I enjoyed your post, especially the mental picture of Mom and Dad doing Just Dance. It’s a good thing I wasn’t drinking anything when I read it. Congratulations on getting a sewing project done, and especially on Little Man finally starting to get some regular napping in. Hopefully the snow will abate before you all go certifiably crazy.
Today has been pretty much this:
It’s hard to take him seriously with that hair, but he doesn’t seem to be too bothered about being serious himself.
He really likes his shoes.
Last night, Charles and I watched The Tale of the Princess Kaguya, a Studio Ghibli production that was nominated for an Oscar. Charles keeps up on these things for me, and he had made sure we got ahold of it. It’s a lovely bit of animation and a sweet story about an old Japanese couple who find a magical princess in a bamboo grove and raise her as their own child. Eventually they take her to the capital where she is courted by the most powerful men in the land, but where she is also miserable as she pines for her rural home. In the end, people from the moon come to take her away.
I was totally with this movie for the first 9/10 of it, because it was just an expanded fairy tale with a feminist streak. But at the end, when she is taken away inexorably from everything she loves, it just gets depressing – partly because the movie is allegorizing the princess’s death and partly because it moves from folklore into the realm of an actual religion. I’m hesitant about interpreting a story so deeply based in a culture and a faith I have very little familiarity with; there are some Buddhist themes that I recognize (a song about rebirth and everlasting cycles, the appearance of the Buddha, attachment to people and the world as a bad thing), but I don’t know enough about them to say more than they are very alien and somewhat off-putting to my perspective. It is hard for me to see hope or joy in the final scene where Kaguya, once she is with the Buddha, almost completely forgets the people who have meant so much to her. What good is that? Is forgetting the pain worth forgetting the joy, worth forgetting the people you’ve loved? Culturally and spiritually, I’m entirely on the side of “no” to that question. I think even the movie’s makers are ambivalent about it, to be honest.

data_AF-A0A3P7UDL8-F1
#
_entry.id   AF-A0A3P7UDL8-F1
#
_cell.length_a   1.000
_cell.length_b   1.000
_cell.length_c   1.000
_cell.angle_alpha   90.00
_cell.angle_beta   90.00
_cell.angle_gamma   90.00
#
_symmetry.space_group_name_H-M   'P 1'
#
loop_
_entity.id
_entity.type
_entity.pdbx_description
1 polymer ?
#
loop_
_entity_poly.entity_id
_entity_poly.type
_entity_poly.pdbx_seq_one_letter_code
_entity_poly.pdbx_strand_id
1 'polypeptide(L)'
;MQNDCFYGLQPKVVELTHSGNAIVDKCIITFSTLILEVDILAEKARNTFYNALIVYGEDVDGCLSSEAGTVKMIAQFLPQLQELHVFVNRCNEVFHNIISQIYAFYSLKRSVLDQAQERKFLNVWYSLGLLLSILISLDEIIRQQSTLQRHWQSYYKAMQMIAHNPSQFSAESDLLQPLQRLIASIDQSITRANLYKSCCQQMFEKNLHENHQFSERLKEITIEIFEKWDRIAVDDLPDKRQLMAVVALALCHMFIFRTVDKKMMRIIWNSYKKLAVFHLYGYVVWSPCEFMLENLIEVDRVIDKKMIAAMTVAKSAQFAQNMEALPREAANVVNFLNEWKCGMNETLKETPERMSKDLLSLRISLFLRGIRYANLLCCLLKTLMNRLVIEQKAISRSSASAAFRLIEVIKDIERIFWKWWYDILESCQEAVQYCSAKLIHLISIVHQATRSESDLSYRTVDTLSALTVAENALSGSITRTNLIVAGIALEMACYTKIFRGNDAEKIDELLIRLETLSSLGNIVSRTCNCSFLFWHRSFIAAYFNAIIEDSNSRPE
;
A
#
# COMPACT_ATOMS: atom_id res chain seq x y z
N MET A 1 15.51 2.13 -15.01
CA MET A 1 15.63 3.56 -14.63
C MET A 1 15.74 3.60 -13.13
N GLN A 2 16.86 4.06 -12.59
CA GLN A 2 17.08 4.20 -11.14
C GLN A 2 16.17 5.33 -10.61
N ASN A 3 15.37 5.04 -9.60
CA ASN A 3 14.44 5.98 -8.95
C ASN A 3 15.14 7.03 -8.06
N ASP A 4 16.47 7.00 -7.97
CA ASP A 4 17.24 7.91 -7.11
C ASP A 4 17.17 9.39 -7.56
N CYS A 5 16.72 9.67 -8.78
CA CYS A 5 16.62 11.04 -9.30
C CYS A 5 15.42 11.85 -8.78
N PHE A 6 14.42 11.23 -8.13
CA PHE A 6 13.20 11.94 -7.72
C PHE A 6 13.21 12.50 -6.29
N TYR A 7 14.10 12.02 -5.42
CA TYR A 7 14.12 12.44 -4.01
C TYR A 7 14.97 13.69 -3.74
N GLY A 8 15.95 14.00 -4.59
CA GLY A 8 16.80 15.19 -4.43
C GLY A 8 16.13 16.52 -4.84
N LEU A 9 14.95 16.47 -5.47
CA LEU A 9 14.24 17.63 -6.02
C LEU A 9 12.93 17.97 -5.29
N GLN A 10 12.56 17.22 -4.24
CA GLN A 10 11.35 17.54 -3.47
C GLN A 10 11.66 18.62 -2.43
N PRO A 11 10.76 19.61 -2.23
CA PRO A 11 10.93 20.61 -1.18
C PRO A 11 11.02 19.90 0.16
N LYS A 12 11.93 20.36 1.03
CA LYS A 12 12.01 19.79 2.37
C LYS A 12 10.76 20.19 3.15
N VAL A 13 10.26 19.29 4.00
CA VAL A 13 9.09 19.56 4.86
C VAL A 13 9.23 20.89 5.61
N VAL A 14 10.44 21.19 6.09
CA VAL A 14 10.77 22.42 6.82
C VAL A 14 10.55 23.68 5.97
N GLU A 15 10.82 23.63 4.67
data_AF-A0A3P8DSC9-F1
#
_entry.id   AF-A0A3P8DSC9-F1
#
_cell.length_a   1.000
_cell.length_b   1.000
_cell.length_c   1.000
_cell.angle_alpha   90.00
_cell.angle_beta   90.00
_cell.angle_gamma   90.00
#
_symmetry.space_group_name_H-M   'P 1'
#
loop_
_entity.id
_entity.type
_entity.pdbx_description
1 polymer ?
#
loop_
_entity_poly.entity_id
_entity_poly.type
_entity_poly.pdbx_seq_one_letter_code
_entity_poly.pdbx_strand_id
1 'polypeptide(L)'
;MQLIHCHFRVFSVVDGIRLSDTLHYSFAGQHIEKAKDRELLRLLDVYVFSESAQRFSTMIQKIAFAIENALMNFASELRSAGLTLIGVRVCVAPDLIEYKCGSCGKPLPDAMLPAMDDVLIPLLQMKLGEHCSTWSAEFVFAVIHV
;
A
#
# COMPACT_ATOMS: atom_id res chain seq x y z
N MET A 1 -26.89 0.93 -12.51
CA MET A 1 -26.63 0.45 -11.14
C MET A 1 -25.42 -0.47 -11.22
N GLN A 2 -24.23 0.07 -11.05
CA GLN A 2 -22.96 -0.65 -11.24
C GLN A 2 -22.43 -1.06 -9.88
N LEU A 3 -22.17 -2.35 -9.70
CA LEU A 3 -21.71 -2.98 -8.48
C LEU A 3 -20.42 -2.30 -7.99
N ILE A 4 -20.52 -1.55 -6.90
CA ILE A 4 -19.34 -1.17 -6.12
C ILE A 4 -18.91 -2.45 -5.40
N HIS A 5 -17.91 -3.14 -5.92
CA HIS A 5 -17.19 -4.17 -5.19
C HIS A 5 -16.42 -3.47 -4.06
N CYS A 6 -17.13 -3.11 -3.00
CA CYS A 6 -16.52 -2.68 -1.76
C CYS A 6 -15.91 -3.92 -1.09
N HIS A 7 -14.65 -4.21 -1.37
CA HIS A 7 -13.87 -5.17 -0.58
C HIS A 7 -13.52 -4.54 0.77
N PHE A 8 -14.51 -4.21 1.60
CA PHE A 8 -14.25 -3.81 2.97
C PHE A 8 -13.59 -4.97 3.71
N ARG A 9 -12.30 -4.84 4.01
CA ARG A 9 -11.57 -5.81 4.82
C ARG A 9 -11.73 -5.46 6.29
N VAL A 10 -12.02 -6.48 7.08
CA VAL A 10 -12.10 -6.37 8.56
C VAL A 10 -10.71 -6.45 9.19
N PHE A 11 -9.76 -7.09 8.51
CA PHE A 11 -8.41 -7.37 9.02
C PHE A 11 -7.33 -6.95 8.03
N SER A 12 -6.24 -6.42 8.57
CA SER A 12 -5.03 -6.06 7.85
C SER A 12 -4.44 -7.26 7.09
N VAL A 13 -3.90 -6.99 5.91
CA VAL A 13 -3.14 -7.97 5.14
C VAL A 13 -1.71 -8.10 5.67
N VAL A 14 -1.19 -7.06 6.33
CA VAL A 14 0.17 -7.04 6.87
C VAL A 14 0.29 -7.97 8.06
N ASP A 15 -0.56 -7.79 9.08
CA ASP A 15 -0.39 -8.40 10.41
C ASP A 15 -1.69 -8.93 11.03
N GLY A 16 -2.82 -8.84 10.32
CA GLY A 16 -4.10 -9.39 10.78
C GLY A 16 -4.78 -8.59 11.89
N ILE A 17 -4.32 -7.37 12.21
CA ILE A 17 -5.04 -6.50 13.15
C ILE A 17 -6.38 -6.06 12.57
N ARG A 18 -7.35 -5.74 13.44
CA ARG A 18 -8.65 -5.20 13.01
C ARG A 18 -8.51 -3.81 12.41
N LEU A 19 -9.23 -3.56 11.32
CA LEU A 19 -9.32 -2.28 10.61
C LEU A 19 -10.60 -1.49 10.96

It just makes me ambivalent toward their movie, I’m afraid.